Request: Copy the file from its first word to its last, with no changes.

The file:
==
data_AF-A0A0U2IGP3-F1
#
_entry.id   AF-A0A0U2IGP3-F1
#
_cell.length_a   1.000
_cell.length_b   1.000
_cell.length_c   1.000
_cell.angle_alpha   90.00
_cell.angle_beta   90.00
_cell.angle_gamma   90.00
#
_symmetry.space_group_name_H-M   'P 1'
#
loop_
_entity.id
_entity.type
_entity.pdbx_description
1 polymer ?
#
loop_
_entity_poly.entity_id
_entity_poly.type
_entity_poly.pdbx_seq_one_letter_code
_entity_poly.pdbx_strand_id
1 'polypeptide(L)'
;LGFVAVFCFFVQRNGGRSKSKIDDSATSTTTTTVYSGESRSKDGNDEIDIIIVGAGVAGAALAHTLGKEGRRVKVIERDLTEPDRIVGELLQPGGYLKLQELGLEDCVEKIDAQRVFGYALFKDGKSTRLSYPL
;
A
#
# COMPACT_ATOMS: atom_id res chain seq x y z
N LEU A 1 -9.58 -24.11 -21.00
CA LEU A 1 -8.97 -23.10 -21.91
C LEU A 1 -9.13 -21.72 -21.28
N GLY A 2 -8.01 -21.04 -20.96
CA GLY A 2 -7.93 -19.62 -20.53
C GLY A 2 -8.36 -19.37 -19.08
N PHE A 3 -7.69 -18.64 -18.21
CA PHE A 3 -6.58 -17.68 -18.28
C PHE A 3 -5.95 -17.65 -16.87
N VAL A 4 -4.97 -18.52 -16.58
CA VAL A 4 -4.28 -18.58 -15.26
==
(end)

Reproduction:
data_AF-A0A0U2IGP3-F1
#
_entry.id   AF-A0A0U2IGP3-F1
#
_cell.length_a   1.000
_cell.length_b   1.000
_cell.length_c   1.000
_cell.angle_alpha   90.00
_cell.angle_beta   90.00
_cell.angle_gamma   90.00
#
_symmetry.space_group_name_H-M   'P 1'
#
loop_
_entity.id
_entity.type
_entity.pdbx_description
1 polymer ?
#
loop_
_entity_poly.entity_id
_entity_poly.type
_entity_poly.pdbx_seq_one_letter_code
_entity_poly.pdbx_strand_id
1 'polypeptide(L)'
;LGFVAVFCFFVQRNGGRSKSKIDDSATSTTTTTVYSGESRSKDGNDEIDIIIVGAGVAGAALAHTLGKEGRRVKVIERDLTEPDRIVGELLQPGGYLKLQELGLEDCVEKIDAQRVFGYALFKDGKSTRLSYPL
;
A
#
# COMPACT_ATOMS: atom_id res chain seq x y z
N LEU A 1 -9.58 -24.11 -21.00
CA LEU A 1 -8.97 -23.10 -21.91
C LEU A 1 -9.13 -21.72 -21.28
N GLY A 2 -8.01 -21.04 -20.96
CA GLY A 2 -7.93 -19.62 -20.53
C GLY A 2 -8.36 -19.37 -19.08
N PHE A 3 -7.69 -18.64 -18.21
CA PHE A 3 -6.58 -17.68 -18.28
C PHE A 3 -5.95 -17.65 -16.87
N VAL A 4 -4.97 -18.52 -16.58
CA VAL A 4 -4.28 -18.58 -15.26